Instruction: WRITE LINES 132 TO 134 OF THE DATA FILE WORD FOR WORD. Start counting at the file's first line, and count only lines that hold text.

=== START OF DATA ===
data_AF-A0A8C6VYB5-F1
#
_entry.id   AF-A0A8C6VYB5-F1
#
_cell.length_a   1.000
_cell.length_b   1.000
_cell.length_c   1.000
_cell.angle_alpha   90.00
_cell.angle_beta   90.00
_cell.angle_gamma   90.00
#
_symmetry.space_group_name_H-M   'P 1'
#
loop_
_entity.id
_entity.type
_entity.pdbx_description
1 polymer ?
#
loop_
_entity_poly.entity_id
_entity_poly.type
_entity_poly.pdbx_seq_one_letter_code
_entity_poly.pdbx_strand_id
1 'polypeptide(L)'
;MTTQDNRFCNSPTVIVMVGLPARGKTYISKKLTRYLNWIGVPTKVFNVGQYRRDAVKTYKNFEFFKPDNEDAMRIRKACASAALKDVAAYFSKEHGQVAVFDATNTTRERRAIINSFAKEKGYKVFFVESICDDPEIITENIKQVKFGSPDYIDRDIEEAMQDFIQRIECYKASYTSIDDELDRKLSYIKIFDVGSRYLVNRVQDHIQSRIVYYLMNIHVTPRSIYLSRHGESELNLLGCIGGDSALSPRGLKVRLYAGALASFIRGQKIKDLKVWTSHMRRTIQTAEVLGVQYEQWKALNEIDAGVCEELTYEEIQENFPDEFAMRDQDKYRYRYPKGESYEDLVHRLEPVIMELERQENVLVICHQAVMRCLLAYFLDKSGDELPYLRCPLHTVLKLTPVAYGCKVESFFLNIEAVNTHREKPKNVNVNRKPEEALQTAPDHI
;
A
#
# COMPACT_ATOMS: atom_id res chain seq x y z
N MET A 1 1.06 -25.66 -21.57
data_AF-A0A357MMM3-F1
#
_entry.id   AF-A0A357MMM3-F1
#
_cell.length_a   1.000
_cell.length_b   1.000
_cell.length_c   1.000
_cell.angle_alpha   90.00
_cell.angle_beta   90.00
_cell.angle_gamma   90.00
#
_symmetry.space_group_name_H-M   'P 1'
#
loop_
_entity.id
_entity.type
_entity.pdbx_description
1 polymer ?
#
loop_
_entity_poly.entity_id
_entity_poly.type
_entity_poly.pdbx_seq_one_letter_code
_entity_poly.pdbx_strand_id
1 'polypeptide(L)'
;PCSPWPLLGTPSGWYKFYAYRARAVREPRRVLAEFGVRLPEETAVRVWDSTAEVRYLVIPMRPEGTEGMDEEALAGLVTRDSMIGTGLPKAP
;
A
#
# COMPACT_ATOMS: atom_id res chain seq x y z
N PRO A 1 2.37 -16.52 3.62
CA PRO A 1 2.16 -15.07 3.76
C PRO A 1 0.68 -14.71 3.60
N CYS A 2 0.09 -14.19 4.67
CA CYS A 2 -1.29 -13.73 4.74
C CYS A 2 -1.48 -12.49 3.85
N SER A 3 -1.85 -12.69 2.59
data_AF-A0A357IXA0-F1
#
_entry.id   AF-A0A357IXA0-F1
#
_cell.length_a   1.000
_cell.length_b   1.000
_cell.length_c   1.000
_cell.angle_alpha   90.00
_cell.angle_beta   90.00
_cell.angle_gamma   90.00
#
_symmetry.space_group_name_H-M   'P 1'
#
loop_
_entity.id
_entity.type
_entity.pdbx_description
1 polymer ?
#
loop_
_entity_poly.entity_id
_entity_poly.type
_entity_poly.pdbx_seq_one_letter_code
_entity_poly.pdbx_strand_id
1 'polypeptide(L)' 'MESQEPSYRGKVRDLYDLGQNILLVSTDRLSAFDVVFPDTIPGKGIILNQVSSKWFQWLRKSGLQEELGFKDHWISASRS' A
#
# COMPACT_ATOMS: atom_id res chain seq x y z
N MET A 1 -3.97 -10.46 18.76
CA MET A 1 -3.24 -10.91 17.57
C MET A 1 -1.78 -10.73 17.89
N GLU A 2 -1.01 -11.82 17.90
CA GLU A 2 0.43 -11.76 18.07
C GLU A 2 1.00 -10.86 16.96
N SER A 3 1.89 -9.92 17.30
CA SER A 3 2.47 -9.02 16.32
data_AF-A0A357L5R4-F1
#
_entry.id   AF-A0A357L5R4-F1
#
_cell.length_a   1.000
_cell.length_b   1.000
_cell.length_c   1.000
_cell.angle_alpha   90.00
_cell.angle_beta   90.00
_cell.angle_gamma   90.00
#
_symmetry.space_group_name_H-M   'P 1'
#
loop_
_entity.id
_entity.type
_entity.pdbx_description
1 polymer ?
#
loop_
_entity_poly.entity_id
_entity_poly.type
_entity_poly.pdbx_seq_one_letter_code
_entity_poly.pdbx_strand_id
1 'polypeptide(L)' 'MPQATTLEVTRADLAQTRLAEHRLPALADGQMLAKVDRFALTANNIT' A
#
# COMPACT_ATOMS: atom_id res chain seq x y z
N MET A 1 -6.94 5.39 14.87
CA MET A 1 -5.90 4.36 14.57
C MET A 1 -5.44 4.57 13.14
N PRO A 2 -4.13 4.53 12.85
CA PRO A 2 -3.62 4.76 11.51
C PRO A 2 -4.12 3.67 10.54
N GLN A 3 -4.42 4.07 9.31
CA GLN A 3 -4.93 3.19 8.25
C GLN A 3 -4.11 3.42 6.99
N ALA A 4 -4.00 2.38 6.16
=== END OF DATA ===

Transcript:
CA MET A 1 -5.90 4.36 14.57
C MET A 1 -5.44 4.57 13.14
N PRO A 2 -4.13 4.53 12.85